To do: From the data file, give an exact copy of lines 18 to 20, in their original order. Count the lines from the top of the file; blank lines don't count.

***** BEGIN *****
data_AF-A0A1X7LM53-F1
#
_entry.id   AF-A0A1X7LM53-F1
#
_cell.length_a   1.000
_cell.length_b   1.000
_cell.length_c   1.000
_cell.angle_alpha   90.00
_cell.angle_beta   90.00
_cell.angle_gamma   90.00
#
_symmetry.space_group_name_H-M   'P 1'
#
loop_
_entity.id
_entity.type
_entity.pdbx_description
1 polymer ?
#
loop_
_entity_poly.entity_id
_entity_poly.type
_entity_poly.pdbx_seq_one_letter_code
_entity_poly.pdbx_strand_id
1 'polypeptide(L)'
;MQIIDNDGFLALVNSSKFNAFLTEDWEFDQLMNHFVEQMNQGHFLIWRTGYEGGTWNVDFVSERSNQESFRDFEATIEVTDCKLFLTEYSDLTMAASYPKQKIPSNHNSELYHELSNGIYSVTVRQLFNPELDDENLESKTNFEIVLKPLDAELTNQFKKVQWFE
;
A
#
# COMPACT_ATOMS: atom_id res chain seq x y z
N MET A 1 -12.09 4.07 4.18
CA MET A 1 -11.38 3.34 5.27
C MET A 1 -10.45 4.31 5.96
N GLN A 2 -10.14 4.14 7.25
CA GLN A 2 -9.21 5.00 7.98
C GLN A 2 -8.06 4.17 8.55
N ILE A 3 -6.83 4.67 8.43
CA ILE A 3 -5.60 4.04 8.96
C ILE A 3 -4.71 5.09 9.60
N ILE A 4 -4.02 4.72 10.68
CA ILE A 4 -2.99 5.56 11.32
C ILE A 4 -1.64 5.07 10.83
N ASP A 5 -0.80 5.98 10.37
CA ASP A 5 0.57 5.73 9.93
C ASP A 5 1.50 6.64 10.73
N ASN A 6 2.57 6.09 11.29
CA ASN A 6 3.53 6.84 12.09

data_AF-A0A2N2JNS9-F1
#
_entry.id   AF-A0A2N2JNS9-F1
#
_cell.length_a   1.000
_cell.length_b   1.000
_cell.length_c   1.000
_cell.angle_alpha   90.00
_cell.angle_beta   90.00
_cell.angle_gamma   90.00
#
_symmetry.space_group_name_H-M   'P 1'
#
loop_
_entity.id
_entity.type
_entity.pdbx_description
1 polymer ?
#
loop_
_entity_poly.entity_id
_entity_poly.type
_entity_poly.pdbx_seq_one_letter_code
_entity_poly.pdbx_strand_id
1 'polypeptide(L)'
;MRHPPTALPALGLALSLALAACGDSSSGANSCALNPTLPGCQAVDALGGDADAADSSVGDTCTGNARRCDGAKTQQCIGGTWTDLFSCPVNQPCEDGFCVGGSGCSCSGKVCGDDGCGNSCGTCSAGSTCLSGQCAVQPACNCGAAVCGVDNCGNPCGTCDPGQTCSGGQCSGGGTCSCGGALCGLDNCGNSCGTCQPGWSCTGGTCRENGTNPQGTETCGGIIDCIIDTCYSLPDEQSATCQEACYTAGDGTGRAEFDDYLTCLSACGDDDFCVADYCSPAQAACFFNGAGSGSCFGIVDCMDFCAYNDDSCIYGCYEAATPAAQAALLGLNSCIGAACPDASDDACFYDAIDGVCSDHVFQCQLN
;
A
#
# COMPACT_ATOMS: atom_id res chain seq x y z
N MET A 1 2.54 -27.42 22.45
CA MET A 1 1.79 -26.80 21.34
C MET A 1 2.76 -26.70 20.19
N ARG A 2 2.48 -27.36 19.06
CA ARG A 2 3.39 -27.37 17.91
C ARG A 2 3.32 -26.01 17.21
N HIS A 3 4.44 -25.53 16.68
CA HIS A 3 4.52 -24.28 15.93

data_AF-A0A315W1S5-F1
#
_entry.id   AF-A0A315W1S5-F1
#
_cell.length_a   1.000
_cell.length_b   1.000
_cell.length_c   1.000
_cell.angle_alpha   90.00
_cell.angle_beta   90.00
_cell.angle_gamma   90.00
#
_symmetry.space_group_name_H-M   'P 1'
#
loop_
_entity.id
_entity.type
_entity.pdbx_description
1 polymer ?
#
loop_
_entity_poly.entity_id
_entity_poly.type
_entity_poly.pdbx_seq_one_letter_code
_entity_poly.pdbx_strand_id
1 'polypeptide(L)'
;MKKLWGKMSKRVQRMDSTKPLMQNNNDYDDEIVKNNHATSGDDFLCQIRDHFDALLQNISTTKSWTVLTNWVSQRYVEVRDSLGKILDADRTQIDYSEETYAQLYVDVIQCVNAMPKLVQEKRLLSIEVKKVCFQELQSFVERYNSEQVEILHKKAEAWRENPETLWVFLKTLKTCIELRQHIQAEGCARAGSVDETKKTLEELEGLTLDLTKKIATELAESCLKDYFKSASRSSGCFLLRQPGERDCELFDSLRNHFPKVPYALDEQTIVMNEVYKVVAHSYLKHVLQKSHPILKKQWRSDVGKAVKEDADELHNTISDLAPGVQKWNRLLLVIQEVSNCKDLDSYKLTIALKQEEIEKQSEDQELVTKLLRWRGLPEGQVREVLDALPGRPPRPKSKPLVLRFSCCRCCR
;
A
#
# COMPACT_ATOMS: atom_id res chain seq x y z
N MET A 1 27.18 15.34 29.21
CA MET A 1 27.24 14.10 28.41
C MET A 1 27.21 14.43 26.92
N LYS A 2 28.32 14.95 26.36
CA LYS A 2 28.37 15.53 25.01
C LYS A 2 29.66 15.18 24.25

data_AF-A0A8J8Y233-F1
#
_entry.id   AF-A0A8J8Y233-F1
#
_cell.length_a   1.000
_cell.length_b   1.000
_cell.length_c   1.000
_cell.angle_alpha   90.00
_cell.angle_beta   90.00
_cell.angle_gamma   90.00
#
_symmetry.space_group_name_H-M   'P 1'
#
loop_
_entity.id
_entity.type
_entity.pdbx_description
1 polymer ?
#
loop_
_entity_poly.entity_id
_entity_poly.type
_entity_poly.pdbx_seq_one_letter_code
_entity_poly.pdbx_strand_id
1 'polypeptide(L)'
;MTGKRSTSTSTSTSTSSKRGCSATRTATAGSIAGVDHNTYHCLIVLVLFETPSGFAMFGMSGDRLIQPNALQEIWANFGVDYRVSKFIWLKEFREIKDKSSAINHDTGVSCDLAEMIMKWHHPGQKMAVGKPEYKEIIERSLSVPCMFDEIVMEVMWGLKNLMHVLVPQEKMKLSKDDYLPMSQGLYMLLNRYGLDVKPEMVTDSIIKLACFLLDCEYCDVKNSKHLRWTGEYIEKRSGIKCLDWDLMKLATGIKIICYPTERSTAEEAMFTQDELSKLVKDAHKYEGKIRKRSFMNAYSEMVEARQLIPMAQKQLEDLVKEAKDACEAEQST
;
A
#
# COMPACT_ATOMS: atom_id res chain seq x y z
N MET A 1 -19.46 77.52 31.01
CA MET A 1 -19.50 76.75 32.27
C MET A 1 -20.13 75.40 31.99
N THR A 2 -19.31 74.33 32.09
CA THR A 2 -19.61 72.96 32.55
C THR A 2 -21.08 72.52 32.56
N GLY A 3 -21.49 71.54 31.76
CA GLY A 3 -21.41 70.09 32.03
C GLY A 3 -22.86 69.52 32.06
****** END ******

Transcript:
1 polymer ?
#
loop_